Whilst discussing the pros and cons of our new hippy lifestyle, we reached the moorland of Two Howes Rigg, and took what is laughably described as a bridleway towards Simon Howe (where an intriguing pile of stones awaited us). This must be one of the looser definitions of a bridleway, because the space between the sharp and painful moorland vegetation in which we walked was barely big enough to fit Herbie’s tiny paws, and there was no evidence to be seen of horse hoof prints nearby. Before long the narrow strip of dirt became almost impossible to find, leading us up a hill we weren’t supposed to climb, and across what seemed like scorched and impregnable wasteland, before we gave up and turned around, fighting our way through the undergrowth again until we reached a strip of mud with small heaps of rocks dotted alongside it, which I took to be a precursor for the large stone pile towards which we were supposed to be heading.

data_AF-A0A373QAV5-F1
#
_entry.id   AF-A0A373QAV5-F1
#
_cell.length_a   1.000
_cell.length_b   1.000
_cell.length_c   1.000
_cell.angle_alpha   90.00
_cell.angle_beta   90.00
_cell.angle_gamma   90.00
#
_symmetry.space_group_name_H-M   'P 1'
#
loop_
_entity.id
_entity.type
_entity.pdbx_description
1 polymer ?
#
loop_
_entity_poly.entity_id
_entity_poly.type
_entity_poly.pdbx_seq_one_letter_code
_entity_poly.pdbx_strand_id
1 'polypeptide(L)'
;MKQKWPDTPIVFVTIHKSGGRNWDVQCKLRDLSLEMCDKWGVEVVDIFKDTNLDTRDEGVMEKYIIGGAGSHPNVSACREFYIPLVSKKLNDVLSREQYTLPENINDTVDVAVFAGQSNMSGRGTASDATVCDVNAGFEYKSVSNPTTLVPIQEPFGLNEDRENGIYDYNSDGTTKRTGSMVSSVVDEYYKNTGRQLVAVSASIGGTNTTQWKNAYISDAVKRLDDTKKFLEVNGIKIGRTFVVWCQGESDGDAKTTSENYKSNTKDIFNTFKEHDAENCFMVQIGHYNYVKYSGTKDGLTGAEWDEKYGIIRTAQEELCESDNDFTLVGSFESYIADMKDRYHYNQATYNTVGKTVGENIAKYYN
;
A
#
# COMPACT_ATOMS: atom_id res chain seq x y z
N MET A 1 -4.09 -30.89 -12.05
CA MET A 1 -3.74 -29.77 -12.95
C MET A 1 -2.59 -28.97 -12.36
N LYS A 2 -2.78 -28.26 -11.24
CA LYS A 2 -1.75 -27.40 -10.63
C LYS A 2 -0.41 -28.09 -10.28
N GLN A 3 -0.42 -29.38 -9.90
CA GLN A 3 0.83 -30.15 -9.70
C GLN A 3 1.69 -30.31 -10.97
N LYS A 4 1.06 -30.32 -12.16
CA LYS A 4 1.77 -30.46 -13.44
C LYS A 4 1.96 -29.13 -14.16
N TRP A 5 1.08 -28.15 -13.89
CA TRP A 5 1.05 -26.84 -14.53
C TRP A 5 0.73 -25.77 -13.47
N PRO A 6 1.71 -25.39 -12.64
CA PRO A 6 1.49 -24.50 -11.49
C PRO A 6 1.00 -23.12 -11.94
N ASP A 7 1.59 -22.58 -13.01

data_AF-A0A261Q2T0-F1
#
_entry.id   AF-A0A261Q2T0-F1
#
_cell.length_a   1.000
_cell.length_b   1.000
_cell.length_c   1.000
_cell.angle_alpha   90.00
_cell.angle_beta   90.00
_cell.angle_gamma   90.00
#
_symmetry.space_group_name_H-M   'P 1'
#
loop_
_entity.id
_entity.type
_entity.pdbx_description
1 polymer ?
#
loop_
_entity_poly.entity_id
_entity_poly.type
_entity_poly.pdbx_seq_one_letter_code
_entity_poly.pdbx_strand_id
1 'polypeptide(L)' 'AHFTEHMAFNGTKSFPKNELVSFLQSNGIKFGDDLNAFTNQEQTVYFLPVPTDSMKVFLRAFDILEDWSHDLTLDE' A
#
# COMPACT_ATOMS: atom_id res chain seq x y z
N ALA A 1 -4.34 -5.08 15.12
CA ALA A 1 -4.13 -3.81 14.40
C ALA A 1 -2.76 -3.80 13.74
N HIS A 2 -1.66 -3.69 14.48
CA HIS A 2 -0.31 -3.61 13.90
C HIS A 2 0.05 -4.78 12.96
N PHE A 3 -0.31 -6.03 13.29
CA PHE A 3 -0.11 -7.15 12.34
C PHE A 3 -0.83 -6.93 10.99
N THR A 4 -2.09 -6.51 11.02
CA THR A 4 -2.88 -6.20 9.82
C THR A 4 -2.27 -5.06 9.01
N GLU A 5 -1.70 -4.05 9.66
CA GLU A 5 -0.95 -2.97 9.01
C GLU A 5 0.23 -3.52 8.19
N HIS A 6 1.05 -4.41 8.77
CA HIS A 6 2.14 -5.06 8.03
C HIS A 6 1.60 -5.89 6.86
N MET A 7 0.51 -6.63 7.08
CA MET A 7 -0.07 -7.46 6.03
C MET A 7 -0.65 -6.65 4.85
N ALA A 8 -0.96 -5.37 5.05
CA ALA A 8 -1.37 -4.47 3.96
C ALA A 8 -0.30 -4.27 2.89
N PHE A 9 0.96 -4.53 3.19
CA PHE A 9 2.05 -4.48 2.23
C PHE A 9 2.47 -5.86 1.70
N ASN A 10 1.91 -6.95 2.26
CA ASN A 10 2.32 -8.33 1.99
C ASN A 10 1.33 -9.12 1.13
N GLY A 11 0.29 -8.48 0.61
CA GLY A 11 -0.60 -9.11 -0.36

Again the wind increased, but now rather than spur us onwards, it served mainly to blow our already shaking legs from our slender sliver of treadable earth into the unwelcoming scrub surrounding us, until eventually a glimmer of hope that we were on course manifested itself in the form of the stone pile emerging from the horizon.
On arriving at Simon Howe it was apparent that there were two other paths, each wide enough to carry a few London buses, also leading there, and as such large groups of walkers were gleefully skipping their way to our destination, unaware of the tribulations to be had taking our chosen route. We chalked them down as amateurs, took a few snaps, and left the moor via one these expressways with the wind behind us.